Hardcore gamers have traditionally looked down on games on tablets and smartphones: after all, why would we want to play Angry Birds or Tiny Tower when we could play “real” games on our laptops or dedicated gaming handhelds? Of course, the laptop and gaming handheld markets are rapidly being eroded away by newer, faster mobile devices, and gaming peripheral manufacturer Razer is hoping to ease gamers into the tablet-based future with the Razer Edge, the world’s first true gaming tablet.
In case you missed the news from earlier in the week, the Razer Edge is a Windows-based tablet that has enough horsepower to run most recent PC games. The Edge untis on display in Razer’s booth were equipped with games like Dishonored, Civilization 5 and Dirt 3, and all the games ran amazingly well. While there was some occasional slowdown and screen tearing when things got really hectic, and for the most part playing Dishonored or Dirt 3 on the Edge felt identical to playing them on a console, and they managed to even look slightly better as well.
Games on the Edge can be controlled a variety of ways: traditionalists can plug in a USB mouse and keyboard and use the Edge as a replacement for their gaming laptops, and slower paced games like Civ can be played entirely using the tablet’s touch screen. Razer will also sell a dual analog controller “cradle” (pictured above,) which sort of makes the Edge look like a giant Wii U controller. I found this control option to be the most uncomfortable: the Razer is loaded with hardware so it’s already a fair bit heavier than your usual tablet, and the added weight of the controller cradle just made it uncomfortable to hold for extended periods of time. Now, to be fair, I have out-of-shape, wussy nerd arms, but I can’t imagine anyone but ‘roided out bro’s being comfortable with this control option for lengthy play sessions.
Thankfully, the Edge also supports USB controllers, and with the added TV dock, you can basically use it as a replacement for your console or living room PC as well: the Edge still managed to output better than console quality graphics when hooked up to a big 1080p TV, and there weren’t any noticeable sacrifices in picture quality or framerate when the Edge outputted an image on the TV screen and on the tablet at the same time.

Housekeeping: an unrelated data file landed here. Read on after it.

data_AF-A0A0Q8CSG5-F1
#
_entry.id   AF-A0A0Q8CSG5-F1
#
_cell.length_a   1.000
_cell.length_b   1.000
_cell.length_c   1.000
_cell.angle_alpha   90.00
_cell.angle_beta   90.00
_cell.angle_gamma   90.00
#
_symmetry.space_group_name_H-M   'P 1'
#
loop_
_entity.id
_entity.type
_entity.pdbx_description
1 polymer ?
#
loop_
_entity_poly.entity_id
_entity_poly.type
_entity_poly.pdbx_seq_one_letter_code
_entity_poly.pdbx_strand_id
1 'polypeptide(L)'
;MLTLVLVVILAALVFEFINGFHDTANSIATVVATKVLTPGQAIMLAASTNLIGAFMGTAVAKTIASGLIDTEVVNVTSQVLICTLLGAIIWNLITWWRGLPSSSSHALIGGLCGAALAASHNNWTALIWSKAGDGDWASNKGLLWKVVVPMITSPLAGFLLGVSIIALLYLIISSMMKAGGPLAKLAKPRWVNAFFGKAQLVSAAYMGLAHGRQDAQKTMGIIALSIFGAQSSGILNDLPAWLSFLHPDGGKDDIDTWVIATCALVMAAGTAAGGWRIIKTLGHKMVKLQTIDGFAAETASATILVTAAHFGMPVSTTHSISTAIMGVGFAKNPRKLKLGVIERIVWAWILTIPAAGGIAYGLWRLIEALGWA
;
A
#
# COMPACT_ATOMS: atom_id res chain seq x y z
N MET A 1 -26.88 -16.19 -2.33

The Razer Edge was definitely impressive, but as with all Razer products, it’s pretty pricey: the basic version of the tablet itself will run you about $1000, the TV dock costs an additional hundred, and the wrap-around controller costs an insane $250 for some reason. The Edge’s powerful hardware also drains its battery extremely quickly, and by Razer’s own estimates you won’t get more than an hour out of each charge. Of course, Razer is more than happy to sell you an extended battery for your Edge, but that’ll cost you another $69.
With it’s high price and barely-there battery life, I don’t think gaming tablets are quite ready to replace traditional PC’s, gaming laptops, and consoles just yet, but the Edge’s power is still definitely impressive. While you could buy every console on the market right now or build a pretty great gaming PC for the same price (probably even less,) the Razer Edge does everything those devices do and manages to package them all together in one sleek tablet, and for some that versatility and convenience will be worth the price. I probably won’t get an Edge myself when it comes out, but I’m definitely excited to see what future gaming tablets will be like — if they manage to combine the Edge’s power with a better battery, I can definitely see tablets like the Edge overtaking traditional gaming hardware in no time.